# steven0461 comments on A Rationalist Argument for Voting

• Naive and ex­tremely rough calcu­la­tion that doesn’t take log­i­cal cor­re­la­tions into ac­count: If you’re in the US and your un­cer­tainty about vote counts is in the tens of mil­lions and the ex­pected vote differ­ence be­tween can­di­dates is also in the tens of mil­lions, then the ex­pected num­ber of elec­tions swayed by the marginal vote might be 1 in 100 mil­lion (be­cause al­most-equal num­bers of votes have lower prob­a­bil­ity den­sity). If 0.1% of the qual­ity of our fu­ture light­cone is at stake, vot­ing wins an ex­pected 10 pi­col­ight­cones. If vot­ing takes an hour, then it’s worth it iff you’re oth­er­wise win­ning less than 10 pi­col­ight­cones per hour. If a life­time is 100,000 hours, that means less than a microlight­cone per life­time. The pop­u­lar vote doesn’t de­ter­mine the out­come, of course, so the rele­vant num­ber is much smaller in a non-swing state and larger in a swing state or if you’re trad­ing votes with some­one in a swing state.

• If vot­ing takes an hour, then it’s worth it iff you’re oth­er­wise win­ning less than 10 pi­col­ight­cones per life­time.

Do you mean “per hour” in­stead?

If a life­time is 100,000 hours, that means less than a microlight­cone per life­time.

Have you thought about how to es­ti­mate microlight­cone per life­time from our other x-risk ac­tivi­ties?

In­tu­itively it seems like ev­ery­one ex­cept maybe the most pro­duc­tive x-risk ac­tivists prob­a­bly have less than 10 pi­col­ight­cones per hour of marginal pro­duc­tivity. Does that seem right to you?

• Thanks, I did mean per hour and I’ll edit it. I think my im­pres­sion of peo­ple’s light­cones per hour is higher than yours. As a stupid model, sup­pose light­cone qual­ity has a term of 1% * ln(x) or 10% * ln(x) where x is the size/​power of the x-risk move­ment. (Var­i­ous hy­pothe­ses un­der which the x-risk move­ment has sur­pris­ingly low long-term im­pact, e.g. hu­man­ity is sur­rounded by aliens or there’s some sort of moral con­ver­gence, also im­ply elec­tions have no long-term im­pact, so maybe we should be es­ti­mat­ing some­thing like the qual­ity of hu­man­ity’s at­tempted in­puts into op­ti­miz­ing the light­cone.) Then you only need to in­crease x by 0.01% or 0.001% to win a microlight­cone per life­time. I think there are hun­dreds or thou­sands of peo­ple who can achieve this level of im­pact. (Or rather, I think hun­dreds or thou­sands of life­times’ worth of work with this level of im­pact will be done, and the num­ber of peo­ple who could add some of these hours if they chose to is greater than that.) Of course, at this point it mat­ters to es­ti­mate the pa­ram­e­ters more ac­cu­rately than to the near­est or­der of mag­ni­tude or two. (For ex­am­ple, Trump vs. Clin­ton was prob­a­bly more closely con­tested than my num­bers above, even in terms of ex­pec­ta­tions be­fore the fact.) Also, of course, putting this much anal­y­sis into de­cid­ing whether to vote is more costly than vot­ing, so the point is mostly to help us un­der­stand similar but differ­ent ques­tions.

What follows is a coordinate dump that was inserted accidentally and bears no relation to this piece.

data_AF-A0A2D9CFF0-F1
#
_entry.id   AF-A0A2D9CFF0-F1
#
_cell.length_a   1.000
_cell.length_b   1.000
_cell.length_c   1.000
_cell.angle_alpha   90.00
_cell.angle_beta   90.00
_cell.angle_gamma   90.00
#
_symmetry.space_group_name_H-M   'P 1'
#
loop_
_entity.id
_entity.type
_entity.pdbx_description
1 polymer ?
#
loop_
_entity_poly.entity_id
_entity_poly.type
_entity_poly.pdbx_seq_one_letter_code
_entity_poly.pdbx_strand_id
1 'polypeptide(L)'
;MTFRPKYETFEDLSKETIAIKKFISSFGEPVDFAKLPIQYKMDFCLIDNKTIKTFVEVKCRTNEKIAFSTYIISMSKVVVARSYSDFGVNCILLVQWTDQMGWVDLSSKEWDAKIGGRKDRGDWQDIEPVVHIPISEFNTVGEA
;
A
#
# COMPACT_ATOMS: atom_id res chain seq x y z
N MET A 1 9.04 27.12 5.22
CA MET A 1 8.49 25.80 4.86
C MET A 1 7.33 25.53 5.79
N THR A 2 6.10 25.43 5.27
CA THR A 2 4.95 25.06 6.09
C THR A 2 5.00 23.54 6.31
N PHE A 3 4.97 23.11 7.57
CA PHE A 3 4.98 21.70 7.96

• Den­sity for al­most-equal num­bers of votes is not lower in most high-stakes elec­tions. I’d say 1 in 5 mil­lion or so. That’s just a bit more than one or­der of mag­ni­tude and doesn’t sub­stan­tially change the over­all con­clu­sions.